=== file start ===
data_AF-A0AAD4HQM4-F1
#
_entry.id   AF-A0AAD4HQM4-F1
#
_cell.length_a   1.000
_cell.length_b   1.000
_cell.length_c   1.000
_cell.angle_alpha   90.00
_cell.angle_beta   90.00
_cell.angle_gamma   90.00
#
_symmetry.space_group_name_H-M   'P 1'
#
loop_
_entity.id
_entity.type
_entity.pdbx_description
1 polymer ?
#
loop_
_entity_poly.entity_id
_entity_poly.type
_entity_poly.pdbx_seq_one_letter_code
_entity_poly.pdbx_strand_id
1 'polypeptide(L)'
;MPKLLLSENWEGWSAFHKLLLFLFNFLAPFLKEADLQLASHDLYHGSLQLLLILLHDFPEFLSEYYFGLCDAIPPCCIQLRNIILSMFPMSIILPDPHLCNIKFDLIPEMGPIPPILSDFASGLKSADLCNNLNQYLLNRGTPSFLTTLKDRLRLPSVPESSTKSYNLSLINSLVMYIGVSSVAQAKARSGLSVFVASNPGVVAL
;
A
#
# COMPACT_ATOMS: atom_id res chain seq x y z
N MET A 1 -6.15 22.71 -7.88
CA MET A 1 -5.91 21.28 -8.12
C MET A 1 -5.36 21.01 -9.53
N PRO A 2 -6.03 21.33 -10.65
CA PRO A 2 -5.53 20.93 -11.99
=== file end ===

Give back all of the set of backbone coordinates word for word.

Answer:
data_AF-A0AAD4HQM4-F1
#
_entry.id   AF-A0AAD4HQM4-F1
#
_cell.length_a   1.000
_cell.length_b   1.000
_cell.length_c   1.000
_cell.angle_alpha   90.00
_cell.angle_beta   90.00
_cell.angle_gamma   90.00
#
_symmetry.space_group_name_H-M   'P 1'
#
loop_
_entity.id
_entity.type
_entity.pdbx_description
1 polymer ?
#
loop_
_entity_poly.entity_id
_entity_poly.type
_entity_poly.pdbx_seq_one_letter_code
_entity_poly.pdbx_strand_id
1 'polypeptide(L)'
;MPKLLLSENWEGWSAFHKLLLFLFNFLAPFLKEADLQLASHDLYHGSLQLLLILLHDFPEFLSEYYFGLCDAIPPCCIQLRNIILSMFPMSIILPDPHLCNIKFDLIPEMGPIPPILSDFASGLKSADLCNNLNQYLLNRGTPSFLTTLKDRLRLPSVPESSTKSYNLSLINSLVMYIGVSSVAQAKARSGLSVFVASNPGVVAL
;
A
#
# COMPACT_ATOMS: atom_id res chain seq x y z
N MET A 1 -6.15 22.71 -7.88
CA MET A 1 -5.91 21.28 -8.12
C MET A 1 -5.36 21.01 -9.53
N PRO A 2 -6.03 21.33 -10.65
CA PRO A 2 -5.53 20.93 -11.99